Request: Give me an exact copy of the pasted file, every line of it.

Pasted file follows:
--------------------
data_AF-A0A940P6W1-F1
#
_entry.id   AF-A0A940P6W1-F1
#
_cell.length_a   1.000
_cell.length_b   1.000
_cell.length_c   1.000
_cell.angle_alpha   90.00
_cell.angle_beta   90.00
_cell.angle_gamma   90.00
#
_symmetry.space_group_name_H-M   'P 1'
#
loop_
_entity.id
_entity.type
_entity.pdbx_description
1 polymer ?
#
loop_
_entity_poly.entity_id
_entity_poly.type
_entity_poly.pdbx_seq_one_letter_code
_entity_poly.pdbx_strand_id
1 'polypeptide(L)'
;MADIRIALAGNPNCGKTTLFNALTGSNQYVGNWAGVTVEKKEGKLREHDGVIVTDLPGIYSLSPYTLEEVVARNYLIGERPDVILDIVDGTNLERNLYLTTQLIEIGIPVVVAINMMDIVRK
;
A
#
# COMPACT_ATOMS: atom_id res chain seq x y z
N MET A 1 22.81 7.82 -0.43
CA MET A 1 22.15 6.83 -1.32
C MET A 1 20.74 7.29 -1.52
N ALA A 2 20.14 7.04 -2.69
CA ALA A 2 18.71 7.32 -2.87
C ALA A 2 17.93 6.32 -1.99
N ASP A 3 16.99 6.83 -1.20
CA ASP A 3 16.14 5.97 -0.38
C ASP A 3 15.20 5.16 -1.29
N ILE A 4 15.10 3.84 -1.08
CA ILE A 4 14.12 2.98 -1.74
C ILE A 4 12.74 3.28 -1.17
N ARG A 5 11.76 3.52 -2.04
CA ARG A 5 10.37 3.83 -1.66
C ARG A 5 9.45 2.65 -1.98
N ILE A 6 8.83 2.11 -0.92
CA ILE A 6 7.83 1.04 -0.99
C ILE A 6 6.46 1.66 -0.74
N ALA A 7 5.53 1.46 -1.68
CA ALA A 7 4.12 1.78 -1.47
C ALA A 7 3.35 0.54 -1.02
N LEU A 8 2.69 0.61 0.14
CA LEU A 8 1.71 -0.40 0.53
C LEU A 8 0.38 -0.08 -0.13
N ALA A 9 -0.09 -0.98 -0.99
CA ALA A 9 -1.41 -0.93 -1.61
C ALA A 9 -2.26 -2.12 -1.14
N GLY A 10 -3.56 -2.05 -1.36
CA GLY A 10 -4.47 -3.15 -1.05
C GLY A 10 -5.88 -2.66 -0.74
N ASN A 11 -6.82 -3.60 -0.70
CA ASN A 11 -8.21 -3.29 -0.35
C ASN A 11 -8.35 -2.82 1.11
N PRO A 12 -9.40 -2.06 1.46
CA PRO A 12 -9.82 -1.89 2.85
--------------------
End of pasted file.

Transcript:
data_AF-A0A940P6W1-F1
#
_entry.id   AF-A0A940P6W1-F1
#
_cell.length_a   1.000
_cell.length_b   1.000
_cell.length_c   1.000
_cell.angle_alpha   90.00
_cell.angle_beta   90.00
_cell.angle_gamma   90.00
#
_symmetry.space_group_name_H-M   'P 1'
#
loop_
_entity.id
_entity.type
_entity.pdbx_description
1 polymer ?
#
loop_
_entity_poly.entity_id
_entity_poly.type
_entity_poly.pdbx_seq_one_letter_code
_entity_poly.pdbx_strand_id
1 'polypeptide(L)'
;MADIRIALAGNPNCGKTTLFNALTGSNQYVGNWAGVTVEKKEGKLREHDGVIVTDLPGIYSLSPYTLEEVVARNYLIGERPDVILDIVDGTNLERNLYLTTQLIEIGIPVVVAINMMDIVRK
;
A
#
# COMPACT_ATOMS: atom_id res chain seq x y z
N MET A 1 22.81 7.82 -0.43
CA MET A 1 22.15 6.83 -1.32
C MET A 1 20.74 7.29 -1.52
N ALA A 2 20.14 7.04 -2.69
CA ALA A 2 18.71 7.32 -2.87
C ALA A 2 17.93 6.32 -1.99
N ASP A 3 16.99 6.83 -1.20
CA ASP A 3 16.14 5.97 -0.38
C ASP A 3 15.20 5.16 -1.29
N ILE A 4 15.10 3.84 -1.08
CA ILE A 4 14.12 2.98 -1.74
C ILE A 4 12.74 3.28 -1.17
N ARG A 5 11.76 3.52 -2.04
CA ARG A 5 10.37 3.83 -1.66
C ARG A 5 9.45 2.65 -1.98
N ILE A 6 8.83 2.11 -0.92
CA ILE A 6 7.83 1.04 -0.99
C ILE A 6 6.46 1.66 -0.74
N ALA A 7 5.53 1.46 -1.68
CA ALA A 7 4.12 1.78 -1.47
C ALA A 7 3.35 0.54 -1.02
N LEU A 8 2.69 0.61 0.14
CA LEU A 8 1.71 -0.40 0.53
C LEU A 8 0.38 -0.08 -0.13
N ALA A 9 -0.09 -0.98 -0.99
CA ALA A 9 -1.41 -0.93 -1.61
C ALA A 9 -2.26 -2.12 -1.14
N GLY A 10 -3.56 -2.05 -1.36
CA GLY A 10 -4.47 -3.15 -1.05
C GLY A 10 -5.88 -2.66 -0.74
N ASN A 11 -6.82 -3.60 -0.70
CA ASN A 11 -8.21 -3.29 -0.35
C ASN A 11 -8.35 -2.82 1.11
N PRO A 12 -9.40 -2.06 1.46
CA PRO A 12 -9.82 -1.89 2.85